By Emily Flitter NEW YORK (Reuters) - Manhattan U.S. Attorney Preet Bharara has sent subpoenas to Mt. Gox, other bitcoin exchanges, and businesses that deal in bitcoin to seek information on how they handled recent cyber attacks, a source familiar with the probe said on Wednesday. At least three exchanges were forced to halt withdrawals of bitcoins on February 7, including Mt. Gox, which was the largest at the time. Mt. Gox never resumed service before going dormant on Tuesday, leaving customers unable to recover their funds. "As there is a lot of speculation regarding Mt Gox and its future, I would like to use this opportunity to reassure everyone that I am still in Japan, and working very hard with the support of different parties to find a solution to our recent issues," Karpeles said in a statement posted on the Mt. Gox website.
Cybercrime is the second most common type of fraud reported by financial firms, more than double the level across other industries, as criminals turn increasingly to technology as their main weapon against banks, a survey showed. Some 39 percent of financial services companies that suffered from economic crime last year said they had been hit by cybercrime, compared to 17 percent in other industries, according to the survey by consultancy PwC. Banks in Europe and the United States are being told by regulators to toughen their defenses against cyber attacks, which have grown more frequent and severe as criminals and "hacktivists" become more sophisticated. Banks are often targeted for financial gain, but sometimes it is to disrupt business.
By Joseph Menn SAN FRANCISCO (Reuters) - Electronic spying tools used by the U.S. government could end up in the hands of organized criminals and hackers, further eroding Internet security, warned industry leaders who called for new restrictions and oversight of government activity. "It is a big worry" that the methods will spread, said Andrew France, former deputy director of the UK's NSA equivalent, GCHQ, and now chief executive of security startup Darktrace. The government habit of purchasing information about undisclosed holes in software is also "really troublesome," said former White House cyber security advisor Howard Schmidt. "There's collateral damage." Both France and Schmidt spoke to Reuters at the annual RSA Conference, the world's largest cyber security gathering, in San Francisco last week.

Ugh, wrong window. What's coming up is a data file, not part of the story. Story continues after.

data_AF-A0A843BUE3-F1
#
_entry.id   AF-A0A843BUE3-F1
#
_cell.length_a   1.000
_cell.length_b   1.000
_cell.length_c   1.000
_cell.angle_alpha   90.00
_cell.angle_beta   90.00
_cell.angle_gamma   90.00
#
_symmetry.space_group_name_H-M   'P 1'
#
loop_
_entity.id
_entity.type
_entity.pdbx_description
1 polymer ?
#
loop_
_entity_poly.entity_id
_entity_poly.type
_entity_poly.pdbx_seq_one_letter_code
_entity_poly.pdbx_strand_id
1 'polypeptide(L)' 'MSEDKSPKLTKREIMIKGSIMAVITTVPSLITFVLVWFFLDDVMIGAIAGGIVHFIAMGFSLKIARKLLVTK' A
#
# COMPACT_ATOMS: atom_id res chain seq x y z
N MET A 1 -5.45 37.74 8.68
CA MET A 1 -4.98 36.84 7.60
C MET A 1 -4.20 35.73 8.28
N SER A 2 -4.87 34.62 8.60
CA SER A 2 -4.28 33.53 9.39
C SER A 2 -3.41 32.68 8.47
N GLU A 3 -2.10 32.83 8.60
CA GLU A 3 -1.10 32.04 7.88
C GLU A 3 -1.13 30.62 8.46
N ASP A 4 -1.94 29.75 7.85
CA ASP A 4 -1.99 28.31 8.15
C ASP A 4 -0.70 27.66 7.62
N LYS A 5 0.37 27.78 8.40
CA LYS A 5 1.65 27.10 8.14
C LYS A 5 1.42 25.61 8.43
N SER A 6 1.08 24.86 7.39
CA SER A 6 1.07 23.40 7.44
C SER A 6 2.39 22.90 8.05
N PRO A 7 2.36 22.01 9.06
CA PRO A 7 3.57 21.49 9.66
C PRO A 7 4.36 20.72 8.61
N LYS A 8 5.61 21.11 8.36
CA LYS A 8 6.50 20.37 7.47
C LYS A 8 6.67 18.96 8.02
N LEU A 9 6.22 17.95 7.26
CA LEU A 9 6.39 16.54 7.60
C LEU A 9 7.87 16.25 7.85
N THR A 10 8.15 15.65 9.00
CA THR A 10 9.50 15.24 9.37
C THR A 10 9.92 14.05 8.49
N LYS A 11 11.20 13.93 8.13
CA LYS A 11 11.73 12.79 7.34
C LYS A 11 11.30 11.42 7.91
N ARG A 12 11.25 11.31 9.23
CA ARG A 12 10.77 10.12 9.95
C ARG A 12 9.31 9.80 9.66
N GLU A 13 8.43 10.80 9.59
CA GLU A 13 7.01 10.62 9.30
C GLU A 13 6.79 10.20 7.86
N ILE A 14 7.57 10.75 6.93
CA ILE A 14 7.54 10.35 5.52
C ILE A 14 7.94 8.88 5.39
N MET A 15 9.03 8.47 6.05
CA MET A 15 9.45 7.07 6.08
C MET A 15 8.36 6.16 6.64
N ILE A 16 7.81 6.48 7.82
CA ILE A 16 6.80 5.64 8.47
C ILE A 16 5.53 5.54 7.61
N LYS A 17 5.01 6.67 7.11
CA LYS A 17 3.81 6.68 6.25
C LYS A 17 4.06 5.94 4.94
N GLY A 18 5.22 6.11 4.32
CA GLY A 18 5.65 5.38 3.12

The next time the deposed prince of Nigeria has a massive inheritance to send you, will he offer to give it to you in Bitcoins? Cornell associate computer science professor Emin Gün Sirer has written a lengthy post that details why we shouldn’t believe bankrupt Bitcoin exchange Mt. Gox’s official explanations for how it lost nearly $500 million worth of Bitcoins. Essentially, Sirer just doesn’t think incompetence alone can’t explain such a stunning loss and alleges that there had to have been at least one person working within Mt. Gox who was either masterminding or aiding and abetting the theft. “Human history is full of people who were entrusted with valuables, who then absconded with them,” he writes. “Whenever anyone is in
Google’s Paul Eremenko at a LAUNCH event last week performed a first hands-on demo of a Google Ara smartphone that revealed some of the interesting things about Google’s ATAP project. During a 25-minute presentation, Eremenko explained the reason Google is investing resources into Project Ara while showing off two prototypes. Unfortunately neither model was functional. As previous reports suggested, the Ara is Google’s way of replacing feature phones and cheap smartphones that could be aesthetically pleasing, but also functionally superior to similarly priced alternatives. However, Google doesn’t necessarily want to drive down the price of high-end smartphones with the help of Ara. Instead, Ara phones could help the company connect the other 5 billion people in the world who don’t have Internet access, a goal Google and Motorola execs